An arrest is a frightening experience under normal circumstances. When you have suspicions that the police overstepped their boundaries, the situation becomes even more complex. How can you be sure the law is on your side? How can you protect your rights if they have been violated? If you are unsure whether the police acted in accordance with the law, ask yourself the following questions:
- Why did they pull you over? Police must have reasonable suspicion to make a traffic stop. If they pulled you over for no reason at all, or you suspect the stop was because of your race or other protected characteristic, the police overstepped.
- Did they deny you your rights? Criminal suspects have strong rights under the U.S. constitution. Included among those rights are the right to counsel and the right against self incrimination. This means you are allowed to have an attorney present when you are questioned and you have no obligation to make statements that may compromise your case. It is important to know and assert those rights so you can take full advantage of their protections in the event of a criminal arrest. If you have asserted your rights and police did not respect them, they have overstepped.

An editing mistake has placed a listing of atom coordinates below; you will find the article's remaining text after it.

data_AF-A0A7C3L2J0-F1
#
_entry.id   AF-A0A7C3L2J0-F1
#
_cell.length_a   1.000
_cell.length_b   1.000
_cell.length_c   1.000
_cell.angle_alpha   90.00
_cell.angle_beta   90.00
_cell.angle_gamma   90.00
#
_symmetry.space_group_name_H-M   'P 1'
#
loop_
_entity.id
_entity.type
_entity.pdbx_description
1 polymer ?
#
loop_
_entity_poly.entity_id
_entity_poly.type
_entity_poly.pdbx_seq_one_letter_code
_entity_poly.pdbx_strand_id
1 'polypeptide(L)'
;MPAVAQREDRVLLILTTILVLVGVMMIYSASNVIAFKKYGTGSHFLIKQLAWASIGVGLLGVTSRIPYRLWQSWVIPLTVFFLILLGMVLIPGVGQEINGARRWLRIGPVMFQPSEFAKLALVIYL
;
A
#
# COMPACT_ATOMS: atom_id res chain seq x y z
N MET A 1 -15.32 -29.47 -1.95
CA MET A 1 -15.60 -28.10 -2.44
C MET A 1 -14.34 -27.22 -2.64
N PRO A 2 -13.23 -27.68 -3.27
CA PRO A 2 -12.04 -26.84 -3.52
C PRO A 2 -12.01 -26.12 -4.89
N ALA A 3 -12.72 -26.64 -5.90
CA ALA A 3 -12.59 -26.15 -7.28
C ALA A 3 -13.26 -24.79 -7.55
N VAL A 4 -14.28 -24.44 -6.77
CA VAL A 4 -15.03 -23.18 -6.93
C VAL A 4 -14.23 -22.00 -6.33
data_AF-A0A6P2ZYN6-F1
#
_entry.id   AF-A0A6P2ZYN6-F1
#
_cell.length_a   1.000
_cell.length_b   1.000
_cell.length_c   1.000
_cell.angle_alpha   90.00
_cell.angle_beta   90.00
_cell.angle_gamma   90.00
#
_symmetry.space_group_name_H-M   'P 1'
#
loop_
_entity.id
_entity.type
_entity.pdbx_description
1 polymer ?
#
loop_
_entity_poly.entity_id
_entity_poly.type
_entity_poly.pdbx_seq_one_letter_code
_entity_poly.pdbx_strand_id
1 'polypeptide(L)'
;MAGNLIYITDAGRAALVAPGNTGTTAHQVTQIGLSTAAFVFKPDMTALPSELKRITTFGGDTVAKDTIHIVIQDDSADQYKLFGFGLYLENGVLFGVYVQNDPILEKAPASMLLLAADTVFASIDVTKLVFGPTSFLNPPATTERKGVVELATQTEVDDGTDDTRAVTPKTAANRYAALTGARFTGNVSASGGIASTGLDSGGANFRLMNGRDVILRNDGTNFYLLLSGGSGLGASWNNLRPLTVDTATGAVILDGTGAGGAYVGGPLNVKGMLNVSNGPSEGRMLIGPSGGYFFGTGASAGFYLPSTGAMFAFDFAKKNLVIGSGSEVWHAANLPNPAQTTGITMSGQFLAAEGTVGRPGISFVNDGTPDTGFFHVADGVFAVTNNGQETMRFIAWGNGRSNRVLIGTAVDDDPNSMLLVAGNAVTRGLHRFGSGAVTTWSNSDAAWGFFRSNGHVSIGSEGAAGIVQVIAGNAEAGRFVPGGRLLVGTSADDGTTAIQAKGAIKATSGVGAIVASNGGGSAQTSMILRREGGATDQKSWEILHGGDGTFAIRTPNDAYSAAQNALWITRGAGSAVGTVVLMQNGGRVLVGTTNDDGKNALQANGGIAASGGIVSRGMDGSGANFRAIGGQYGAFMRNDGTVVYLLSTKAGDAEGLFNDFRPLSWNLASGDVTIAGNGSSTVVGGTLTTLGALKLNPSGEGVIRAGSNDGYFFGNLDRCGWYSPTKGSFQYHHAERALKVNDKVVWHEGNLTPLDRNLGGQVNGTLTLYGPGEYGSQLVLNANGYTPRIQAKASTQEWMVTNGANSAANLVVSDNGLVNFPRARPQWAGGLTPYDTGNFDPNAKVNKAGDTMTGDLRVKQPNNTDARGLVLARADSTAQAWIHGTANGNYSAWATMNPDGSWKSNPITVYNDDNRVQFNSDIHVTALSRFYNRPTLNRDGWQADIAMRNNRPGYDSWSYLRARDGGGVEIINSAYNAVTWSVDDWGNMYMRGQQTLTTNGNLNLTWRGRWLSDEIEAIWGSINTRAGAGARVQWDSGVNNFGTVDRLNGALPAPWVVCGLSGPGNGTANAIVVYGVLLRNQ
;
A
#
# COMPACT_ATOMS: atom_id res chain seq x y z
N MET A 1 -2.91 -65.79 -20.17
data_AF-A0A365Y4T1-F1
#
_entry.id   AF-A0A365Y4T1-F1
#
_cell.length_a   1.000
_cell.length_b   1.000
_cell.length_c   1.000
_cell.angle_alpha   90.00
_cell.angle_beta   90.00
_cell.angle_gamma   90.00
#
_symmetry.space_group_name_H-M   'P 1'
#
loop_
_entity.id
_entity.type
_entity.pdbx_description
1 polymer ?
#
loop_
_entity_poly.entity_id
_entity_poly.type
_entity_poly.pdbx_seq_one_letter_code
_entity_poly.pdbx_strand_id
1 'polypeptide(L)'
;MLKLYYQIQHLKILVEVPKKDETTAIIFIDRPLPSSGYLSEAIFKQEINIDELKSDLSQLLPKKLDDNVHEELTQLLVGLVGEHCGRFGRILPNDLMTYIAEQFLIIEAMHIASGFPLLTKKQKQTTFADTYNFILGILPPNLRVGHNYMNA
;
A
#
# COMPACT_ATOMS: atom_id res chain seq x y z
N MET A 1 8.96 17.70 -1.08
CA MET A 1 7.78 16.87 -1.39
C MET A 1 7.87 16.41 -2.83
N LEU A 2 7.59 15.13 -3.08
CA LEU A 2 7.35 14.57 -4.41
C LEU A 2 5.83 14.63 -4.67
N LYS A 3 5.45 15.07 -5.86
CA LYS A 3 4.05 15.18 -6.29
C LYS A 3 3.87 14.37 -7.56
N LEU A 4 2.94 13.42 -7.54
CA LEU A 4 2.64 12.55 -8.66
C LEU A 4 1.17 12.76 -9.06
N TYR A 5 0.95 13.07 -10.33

- Were you assaulted or falsely imprisoned? Police have the authority to use force when necessary, but excessive and unnecessary force rise to the level of police brutality and are against the law. If you were beaten, sexually assaulted or otherwise abused by police, they overstepped.
Laws regarding police abuses of power are in flux, especially in Illinois where the Police and Criminal Justice Reform Bill was recently signed into law. While such laws are designed to protect our citizens, we still need strong advocates to test the new statutes in courtrooms in Chicago and throughout the state. If police have violated your rights, speak with a civil rights attorney who keeps abreast of all changes in the law and can provide you with the strong legal advocacy such a dire situation requires.